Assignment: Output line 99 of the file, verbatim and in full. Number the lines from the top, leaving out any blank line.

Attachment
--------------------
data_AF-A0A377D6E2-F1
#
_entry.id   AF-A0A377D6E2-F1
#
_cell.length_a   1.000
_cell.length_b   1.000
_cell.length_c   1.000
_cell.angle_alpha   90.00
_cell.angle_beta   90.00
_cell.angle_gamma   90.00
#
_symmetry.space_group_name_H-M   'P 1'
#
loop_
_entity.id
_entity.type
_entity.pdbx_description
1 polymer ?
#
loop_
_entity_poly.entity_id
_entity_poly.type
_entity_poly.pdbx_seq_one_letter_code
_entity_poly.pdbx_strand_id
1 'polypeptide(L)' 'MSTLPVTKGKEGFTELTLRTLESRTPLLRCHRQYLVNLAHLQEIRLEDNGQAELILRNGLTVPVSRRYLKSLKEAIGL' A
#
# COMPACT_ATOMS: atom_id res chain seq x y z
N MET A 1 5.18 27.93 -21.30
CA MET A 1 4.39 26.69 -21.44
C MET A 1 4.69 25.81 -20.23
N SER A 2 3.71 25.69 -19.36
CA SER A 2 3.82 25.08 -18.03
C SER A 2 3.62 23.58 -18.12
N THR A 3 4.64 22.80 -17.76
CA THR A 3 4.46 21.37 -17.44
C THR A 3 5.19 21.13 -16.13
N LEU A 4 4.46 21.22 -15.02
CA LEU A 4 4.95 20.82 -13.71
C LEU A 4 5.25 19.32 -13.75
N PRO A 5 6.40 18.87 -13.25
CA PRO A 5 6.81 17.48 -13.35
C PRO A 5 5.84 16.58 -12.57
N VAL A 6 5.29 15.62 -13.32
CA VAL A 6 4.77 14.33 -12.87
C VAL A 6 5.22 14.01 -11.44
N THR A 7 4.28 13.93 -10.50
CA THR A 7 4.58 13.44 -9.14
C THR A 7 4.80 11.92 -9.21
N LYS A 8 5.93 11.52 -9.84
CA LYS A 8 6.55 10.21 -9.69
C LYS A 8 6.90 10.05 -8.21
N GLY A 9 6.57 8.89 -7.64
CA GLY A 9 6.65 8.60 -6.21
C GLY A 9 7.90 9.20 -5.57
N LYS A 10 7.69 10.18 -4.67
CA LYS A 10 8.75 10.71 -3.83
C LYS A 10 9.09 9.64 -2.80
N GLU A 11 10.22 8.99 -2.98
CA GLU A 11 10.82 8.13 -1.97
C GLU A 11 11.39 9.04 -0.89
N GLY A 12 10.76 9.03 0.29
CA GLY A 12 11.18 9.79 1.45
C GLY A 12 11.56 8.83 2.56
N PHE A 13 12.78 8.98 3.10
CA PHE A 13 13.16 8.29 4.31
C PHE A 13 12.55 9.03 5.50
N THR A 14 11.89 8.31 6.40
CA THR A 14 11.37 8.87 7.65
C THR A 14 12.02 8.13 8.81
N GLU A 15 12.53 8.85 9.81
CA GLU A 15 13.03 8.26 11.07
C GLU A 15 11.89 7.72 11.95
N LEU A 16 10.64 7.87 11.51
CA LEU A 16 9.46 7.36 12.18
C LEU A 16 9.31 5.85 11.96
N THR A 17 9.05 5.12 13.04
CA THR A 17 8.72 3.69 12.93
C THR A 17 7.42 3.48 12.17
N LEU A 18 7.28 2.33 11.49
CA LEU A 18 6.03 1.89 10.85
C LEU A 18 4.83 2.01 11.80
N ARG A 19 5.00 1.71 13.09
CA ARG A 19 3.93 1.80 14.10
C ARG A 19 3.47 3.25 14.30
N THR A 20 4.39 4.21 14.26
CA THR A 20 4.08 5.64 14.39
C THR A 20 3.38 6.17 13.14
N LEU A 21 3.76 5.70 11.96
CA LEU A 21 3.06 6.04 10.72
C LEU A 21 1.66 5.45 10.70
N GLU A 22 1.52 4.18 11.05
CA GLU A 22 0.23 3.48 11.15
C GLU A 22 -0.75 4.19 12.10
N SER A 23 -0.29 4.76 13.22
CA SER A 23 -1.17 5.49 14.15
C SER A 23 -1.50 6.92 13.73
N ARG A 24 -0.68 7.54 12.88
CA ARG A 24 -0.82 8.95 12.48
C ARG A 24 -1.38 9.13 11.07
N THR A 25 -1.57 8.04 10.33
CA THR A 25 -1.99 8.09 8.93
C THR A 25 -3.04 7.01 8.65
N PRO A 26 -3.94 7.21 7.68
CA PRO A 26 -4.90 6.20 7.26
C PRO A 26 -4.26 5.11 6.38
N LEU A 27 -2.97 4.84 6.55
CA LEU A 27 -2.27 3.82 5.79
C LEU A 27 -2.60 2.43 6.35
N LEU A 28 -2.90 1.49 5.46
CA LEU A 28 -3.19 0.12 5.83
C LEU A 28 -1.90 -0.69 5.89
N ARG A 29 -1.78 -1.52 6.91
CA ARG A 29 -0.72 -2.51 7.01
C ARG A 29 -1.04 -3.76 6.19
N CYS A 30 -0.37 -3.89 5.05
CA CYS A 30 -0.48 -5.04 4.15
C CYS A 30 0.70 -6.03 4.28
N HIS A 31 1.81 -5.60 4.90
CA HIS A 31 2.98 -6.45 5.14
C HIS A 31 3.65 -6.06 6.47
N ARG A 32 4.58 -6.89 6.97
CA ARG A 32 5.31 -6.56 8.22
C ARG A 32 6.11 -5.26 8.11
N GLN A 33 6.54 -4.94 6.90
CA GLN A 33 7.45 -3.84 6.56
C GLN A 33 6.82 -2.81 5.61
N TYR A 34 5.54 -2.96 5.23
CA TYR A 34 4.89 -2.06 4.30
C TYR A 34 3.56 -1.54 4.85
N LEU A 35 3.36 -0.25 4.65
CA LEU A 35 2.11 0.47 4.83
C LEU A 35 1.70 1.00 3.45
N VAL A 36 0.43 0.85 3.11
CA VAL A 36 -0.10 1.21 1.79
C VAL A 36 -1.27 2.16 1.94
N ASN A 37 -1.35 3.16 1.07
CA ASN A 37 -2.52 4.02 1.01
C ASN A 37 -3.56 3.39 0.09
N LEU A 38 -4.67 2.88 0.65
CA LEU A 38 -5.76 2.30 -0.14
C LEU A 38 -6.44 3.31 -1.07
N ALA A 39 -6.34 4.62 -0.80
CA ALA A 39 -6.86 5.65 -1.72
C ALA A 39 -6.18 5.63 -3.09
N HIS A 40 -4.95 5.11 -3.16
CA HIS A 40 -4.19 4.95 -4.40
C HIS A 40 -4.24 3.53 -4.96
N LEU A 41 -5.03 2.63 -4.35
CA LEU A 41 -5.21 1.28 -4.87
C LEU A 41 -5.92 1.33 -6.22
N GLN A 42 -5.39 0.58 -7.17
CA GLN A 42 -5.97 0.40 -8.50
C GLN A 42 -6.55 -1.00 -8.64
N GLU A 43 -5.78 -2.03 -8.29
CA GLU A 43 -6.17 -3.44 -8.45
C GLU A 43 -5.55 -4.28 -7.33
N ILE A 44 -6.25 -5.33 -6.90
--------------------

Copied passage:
C ARG A 24 -1.38 9.13 11.07